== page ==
And that’s such a wild bag to fit in. I also found that when I first started working. I was sitting there (and I even find myself in this trap now) with people telling me who I am and why I need to be a certain way and what people will accept and what people won’t accept and what people will think is, you know, too crazy: You need to do this part or you can’t do this and you can’t dress this way, you can’t say that, you know? I’m just kind of like, “What? I’m 26. Let me decide that.” I think that was the case when I first got the job. I was exploring that then, and I’m still exploring it now. I think we do that for the rest of our lives.
(Photo by Netflix © 2021)
RT: A film like Monster feels like it’s part of a constellation of projects, alongside Luce, Waves, and Monsters and Men. What are the things you’re looking for in these parts and in the projects?
Harrison: I think it’s something that the films are drawn to me and I’m drawn to them because of the path that I had gone on. One kind of serves the other, in a way. I don’t know if I want to say it’s a typecast thing because I don’t really think it’s like that, to be honest. It’s kind of more like chapters. I’ve always seen my career like that. When I first started, my first job when I got my SAG card was on 12 Years a Slave. And then after that, Roots came. And then, after that, Underground came, and then after that, Birth of a Nation came in. That’s the “Understanding My History” chapter. And then I feel like I got into like this “Black Lives Matter” chapter: Monster happened and then Monsters and Men happened. And then Luce happened, and Waves happened. And I think all of those talk about young Black men dealing with the trauma from slavery. The origins of their trauma started then.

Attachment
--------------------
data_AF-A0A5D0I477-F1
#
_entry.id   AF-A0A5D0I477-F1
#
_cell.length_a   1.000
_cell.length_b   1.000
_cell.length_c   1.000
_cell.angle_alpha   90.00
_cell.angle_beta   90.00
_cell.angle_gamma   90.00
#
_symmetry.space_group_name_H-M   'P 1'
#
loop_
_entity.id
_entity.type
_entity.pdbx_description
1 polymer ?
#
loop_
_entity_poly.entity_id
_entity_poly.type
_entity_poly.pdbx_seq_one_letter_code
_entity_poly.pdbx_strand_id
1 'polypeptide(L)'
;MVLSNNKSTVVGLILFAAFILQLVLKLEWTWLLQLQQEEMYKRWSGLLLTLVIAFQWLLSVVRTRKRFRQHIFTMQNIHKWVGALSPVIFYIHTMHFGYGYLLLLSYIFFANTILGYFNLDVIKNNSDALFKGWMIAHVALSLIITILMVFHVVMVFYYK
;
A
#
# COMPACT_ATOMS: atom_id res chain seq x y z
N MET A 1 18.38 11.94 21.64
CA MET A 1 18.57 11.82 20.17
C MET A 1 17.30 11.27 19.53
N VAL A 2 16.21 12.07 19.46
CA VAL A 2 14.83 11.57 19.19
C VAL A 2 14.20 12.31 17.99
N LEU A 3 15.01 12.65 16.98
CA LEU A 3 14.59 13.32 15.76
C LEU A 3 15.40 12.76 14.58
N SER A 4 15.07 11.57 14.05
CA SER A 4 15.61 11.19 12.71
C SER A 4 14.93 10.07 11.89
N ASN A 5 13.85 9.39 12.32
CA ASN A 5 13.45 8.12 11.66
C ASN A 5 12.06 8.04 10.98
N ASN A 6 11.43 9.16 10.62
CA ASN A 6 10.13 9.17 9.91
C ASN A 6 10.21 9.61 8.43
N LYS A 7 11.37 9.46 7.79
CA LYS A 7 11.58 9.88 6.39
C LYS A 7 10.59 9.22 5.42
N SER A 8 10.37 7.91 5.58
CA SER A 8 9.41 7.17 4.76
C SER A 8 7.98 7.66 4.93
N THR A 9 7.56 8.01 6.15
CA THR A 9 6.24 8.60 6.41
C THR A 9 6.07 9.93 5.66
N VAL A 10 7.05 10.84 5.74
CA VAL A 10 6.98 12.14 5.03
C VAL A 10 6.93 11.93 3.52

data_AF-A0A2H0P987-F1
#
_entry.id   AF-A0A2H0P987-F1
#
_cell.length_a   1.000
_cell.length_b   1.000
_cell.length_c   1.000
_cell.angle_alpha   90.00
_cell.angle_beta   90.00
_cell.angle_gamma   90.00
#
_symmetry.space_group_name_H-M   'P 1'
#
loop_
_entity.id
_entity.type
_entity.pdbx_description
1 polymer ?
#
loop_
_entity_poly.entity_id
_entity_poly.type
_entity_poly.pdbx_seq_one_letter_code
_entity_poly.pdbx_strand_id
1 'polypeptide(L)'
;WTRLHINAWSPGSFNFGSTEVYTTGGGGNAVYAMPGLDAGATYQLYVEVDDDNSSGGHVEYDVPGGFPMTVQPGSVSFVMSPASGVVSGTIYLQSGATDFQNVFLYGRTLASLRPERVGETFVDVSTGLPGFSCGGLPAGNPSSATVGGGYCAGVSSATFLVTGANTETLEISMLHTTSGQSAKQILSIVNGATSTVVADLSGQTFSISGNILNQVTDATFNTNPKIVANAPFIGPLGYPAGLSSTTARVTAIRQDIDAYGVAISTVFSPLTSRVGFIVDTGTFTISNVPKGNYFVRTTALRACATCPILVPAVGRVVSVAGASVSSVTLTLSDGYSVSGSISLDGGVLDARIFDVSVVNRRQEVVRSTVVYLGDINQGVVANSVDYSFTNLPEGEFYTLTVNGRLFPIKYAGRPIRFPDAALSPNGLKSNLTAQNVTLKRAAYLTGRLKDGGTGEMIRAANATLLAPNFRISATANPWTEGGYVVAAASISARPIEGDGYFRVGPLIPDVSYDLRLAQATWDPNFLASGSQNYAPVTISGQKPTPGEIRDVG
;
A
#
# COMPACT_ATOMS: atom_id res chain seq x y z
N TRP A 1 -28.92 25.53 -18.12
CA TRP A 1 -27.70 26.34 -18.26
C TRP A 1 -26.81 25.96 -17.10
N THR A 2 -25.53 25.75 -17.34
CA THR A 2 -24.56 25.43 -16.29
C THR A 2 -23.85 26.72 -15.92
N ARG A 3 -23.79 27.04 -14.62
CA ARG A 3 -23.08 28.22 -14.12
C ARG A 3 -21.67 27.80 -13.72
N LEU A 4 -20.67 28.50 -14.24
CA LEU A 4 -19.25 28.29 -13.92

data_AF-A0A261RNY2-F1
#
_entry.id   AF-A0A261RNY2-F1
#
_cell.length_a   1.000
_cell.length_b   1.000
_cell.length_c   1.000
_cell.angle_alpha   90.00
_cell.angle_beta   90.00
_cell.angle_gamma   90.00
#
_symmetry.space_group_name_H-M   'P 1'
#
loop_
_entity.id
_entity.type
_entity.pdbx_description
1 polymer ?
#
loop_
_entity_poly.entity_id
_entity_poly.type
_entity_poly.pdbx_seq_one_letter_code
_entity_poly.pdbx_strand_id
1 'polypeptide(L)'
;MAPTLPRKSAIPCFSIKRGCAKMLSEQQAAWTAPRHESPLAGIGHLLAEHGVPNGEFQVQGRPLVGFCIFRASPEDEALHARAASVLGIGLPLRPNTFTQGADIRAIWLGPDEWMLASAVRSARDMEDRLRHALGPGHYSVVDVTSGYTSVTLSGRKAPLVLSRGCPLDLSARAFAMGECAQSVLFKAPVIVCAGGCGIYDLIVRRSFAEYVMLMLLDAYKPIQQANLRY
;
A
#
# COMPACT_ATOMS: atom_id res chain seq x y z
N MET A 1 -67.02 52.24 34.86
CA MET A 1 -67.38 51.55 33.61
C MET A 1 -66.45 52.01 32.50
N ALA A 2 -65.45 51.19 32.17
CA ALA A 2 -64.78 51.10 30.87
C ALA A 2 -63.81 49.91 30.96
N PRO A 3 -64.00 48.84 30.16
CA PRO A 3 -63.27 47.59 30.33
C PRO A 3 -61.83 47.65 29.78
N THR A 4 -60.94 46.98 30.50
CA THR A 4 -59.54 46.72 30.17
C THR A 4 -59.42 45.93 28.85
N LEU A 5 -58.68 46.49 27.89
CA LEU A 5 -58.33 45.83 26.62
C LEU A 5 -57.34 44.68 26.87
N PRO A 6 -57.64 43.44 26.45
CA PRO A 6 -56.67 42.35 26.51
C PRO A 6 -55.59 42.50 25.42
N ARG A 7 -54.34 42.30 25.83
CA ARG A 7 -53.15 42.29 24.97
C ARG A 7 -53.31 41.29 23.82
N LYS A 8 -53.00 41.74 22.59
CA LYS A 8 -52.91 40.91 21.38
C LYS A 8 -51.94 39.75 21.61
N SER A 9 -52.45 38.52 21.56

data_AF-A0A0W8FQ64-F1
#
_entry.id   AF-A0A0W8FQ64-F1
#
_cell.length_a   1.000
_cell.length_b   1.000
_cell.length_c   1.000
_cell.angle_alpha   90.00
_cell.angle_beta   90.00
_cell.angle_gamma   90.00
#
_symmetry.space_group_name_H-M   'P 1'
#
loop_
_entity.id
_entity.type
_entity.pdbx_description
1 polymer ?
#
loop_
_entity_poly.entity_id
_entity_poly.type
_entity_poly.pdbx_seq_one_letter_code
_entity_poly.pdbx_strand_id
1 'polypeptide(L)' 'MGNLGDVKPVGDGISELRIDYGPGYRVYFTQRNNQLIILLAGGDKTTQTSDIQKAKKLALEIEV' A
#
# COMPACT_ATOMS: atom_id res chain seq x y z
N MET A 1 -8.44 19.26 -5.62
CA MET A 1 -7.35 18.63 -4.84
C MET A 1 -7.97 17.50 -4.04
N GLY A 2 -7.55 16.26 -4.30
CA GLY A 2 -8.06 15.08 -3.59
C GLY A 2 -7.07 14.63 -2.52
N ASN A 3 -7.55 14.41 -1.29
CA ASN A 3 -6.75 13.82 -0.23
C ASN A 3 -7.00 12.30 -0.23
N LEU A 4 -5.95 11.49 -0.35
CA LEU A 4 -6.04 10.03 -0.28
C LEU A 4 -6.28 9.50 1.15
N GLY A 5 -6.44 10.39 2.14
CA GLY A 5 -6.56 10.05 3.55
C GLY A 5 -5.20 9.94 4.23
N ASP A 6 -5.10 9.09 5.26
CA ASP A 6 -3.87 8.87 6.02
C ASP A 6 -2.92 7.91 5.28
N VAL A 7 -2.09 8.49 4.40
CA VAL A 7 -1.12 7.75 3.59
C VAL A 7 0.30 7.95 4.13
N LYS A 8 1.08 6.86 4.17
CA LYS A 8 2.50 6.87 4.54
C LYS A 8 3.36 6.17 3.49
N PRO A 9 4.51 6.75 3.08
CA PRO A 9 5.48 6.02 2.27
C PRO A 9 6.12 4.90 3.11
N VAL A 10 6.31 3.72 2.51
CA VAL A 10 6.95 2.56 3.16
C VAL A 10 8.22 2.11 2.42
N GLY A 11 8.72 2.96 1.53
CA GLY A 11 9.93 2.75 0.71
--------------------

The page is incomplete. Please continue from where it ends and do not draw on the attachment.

And it’s interesting because now, with Godfather of Harlem and BB King [in Baz Luhrmann’s untitled Elvis project], I’ve been dealing with the ’60s now, the Civil Rights era. And, I think, you know, it’s unpacking what blackness means for me and for everyone in this moment as we really start to pull back the curtain and go, let’s take a look at the systems. Let’s take a look at that because we’re not standing for it anymore.
So I guess the movies have been an examination, finding the nuance that these directors and writers and performers are all trying to unpack based on the knowledge they’ve attained over their time on Earth. And if that’s what I end up doing for the rest of my career, that’s cool. That stuff means something to me, you know? It means something from me.
Monster is available on Netflix from May 7, 2021.
Thumbnail image: Gareth Cattermole/Getty Images, Francois Duhamel/©Columbia Pictures, ©DreamWorks, ©Columbia, ©Sony Pictures Classics, ©Oscilloscope Pictures